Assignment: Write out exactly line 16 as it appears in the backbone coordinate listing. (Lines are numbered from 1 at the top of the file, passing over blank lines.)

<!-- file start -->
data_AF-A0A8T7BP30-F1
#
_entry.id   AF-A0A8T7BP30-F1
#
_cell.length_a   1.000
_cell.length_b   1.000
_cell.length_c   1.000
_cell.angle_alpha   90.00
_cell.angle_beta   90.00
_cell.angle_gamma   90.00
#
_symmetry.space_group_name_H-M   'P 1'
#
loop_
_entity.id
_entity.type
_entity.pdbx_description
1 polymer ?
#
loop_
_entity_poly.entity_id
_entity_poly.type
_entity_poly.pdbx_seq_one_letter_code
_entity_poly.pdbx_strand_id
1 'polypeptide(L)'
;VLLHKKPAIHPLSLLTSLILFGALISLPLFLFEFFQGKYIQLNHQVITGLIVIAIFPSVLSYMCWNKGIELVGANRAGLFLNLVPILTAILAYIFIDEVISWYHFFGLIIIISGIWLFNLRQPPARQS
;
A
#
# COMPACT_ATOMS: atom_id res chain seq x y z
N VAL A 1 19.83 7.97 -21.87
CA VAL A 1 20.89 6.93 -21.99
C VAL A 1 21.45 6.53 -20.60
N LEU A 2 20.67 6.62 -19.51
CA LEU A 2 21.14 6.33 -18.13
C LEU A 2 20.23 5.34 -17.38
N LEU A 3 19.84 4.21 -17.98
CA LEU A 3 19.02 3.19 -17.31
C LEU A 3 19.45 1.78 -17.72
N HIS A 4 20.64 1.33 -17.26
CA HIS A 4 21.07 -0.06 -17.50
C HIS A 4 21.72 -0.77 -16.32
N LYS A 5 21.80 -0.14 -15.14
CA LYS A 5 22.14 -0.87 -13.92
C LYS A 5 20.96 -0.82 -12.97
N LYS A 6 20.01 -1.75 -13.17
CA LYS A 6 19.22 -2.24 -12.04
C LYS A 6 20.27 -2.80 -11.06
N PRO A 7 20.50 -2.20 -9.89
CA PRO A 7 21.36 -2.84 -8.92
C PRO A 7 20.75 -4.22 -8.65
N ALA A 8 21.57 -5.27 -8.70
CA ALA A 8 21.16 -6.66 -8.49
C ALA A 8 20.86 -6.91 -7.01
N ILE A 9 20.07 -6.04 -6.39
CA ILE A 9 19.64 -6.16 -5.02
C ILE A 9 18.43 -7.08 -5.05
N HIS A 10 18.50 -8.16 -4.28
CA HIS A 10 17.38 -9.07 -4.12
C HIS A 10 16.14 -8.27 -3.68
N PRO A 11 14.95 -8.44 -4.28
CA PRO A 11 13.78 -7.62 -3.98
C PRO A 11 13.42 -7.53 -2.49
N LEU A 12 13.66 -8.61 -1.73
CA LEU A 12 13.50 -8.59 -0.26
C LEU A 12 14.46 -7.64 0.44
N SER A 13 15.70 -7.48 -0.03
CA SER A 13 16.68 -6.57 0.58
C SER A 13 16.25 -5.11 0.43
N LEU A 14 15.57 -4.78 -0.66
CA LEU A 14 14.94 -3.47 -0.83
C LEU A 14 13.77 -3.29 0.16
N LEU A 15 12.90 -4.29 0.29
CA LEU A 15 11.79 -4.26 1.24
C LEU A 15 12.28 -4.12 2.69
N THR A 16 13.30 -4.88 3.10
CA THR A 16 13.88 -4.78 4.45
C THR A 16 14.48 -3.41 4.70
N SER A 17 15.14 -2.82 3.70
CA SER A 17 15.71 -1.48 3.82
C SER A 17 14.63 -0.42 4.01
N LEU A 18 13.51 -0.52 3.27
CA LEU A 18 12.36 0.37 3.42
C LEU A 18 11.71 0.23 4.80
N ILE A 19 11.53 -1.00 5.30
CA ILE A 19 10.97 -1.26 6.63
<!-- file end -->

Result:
_entity.type